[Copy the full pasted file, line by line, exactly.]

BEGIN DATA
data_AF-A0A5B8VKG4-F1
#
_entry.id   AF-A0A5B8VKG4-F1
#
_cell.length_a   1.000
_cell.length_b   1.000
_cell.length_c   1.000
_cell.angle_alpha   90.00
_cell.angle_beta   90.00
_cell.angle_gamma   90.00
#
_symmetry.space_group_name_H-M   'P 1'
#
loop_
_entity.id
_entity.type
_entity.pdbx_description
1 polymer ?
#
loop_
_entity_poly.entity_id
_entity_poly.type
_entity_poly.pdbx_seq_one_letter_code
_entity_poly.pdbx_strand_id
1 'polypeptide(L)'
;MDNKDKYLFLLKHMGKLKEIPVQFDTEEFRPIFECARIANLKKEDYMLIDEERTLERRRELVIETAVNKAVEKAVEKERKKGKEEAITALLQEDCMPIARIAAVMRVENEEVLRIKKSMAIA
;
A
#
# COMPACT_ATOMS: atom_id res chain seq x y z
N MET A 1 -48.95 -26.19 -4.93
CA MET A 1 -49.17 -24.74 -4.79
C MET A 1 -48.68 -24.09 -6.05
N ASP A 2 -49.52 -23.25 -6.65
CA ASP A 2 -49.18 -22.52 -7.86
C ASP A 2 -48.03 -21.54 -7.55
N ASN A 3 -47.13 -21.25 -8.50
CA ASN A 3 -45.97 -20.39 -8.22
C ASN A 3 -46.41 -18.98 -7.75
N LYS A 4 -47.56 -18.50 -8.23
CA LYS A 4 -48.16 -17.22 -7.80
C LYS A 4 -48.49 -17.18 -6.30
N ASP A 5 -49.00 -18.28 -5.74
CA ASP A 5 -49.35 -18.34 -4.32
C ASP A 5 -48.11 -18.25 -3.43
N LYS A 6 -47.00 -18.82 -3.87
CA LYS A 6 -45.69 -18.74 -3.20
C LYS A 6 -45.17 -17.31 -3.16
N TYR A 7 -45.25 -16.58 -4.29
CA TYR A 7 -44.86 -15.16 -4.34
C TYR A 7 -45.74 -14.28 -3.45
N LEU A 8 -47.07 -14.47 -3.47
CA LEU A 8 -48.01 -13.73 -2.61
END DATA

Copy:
data_AF-A0A5B8VKG4-F1
#
_entry.id   AF-A0A5B8VKG4-F1
#
_cell.length_a   1.000
_cell.length_b   1.000
_cell.length_c   1.000
_cell.angle_alpha   90.00
_cell.angle_beta   90.00
_cell.angle_gamma   90.00
#
_symmetry.space_group_name_H-M   'P 1'
#
loop_
_entity.id
_entity.type
_entity.pdbx_description
1 polymer ?
#
loop_
_entity_poly.entity_id
_entity_poly.type
_entity_poly.pdbx_seq_one_letter_code
_entity_poly.pdbx_strand_id
1 'polypeptide(L)'
;MDNKDKYLFLLKHMGKLKEIPVQFDTEEFRPIFECARIANLKKEDYMLIDEERTLERRRELVIETAVNKAVEKAVEKERKKGKEEAITALLQEDCMPIARIAAVMRVENEEVLRIKKSMAIA
;
A
#
# COMPACT_ATOMS: atom_id res chain seq x y z
N MET A 1 -48.95 -26.19 -4.93
CA MET A 1 -49.17 -24.74 -4.79
C MET A 1 -48.68 -24.09 -6.05
N ASP A 2 -49.52 -23.25 -6.65
CA ASP A 2 -49.18 -22.52 -7.86
C ASP A 2 -48.03 -21.54 -7.55
N ASN A 3 -47.13 -21.25 -8.50
CA ASN A 3 -45.97 -20.39 -8.22
C ASN A 3 -46.41 -18.98 -7.75
N LYS A 4 -47.56 -18.50 -8.23
CA LYS A 4 -48.16 -17.22 -7.80
C LYS A 4 -48.49 -17.18 -6.30
N ASP A 5 -49.00 -18.28 -5.74
CA ASP A 5 -49.35 -18.34 -4.32
C ASP A 5 -48.11 -18.25 -3.43
N LYS A 6 -47.00 -18.82 -3.87
CA LYS A 6 -45.69 -18.74 -3.20
C LYS A 6 -45.17 -17.31 -3.16
N TYR A 7 -45.25 -16.58 -4.29
CA TYR A 7 -44.86 -15.16 -4.34
C TYR A 7 -45.74 -14.28 -3.45
N LEU A 8 -47.07 -14.47 -3.47
CA LEU A 8 -48.01 -13.73 -2.61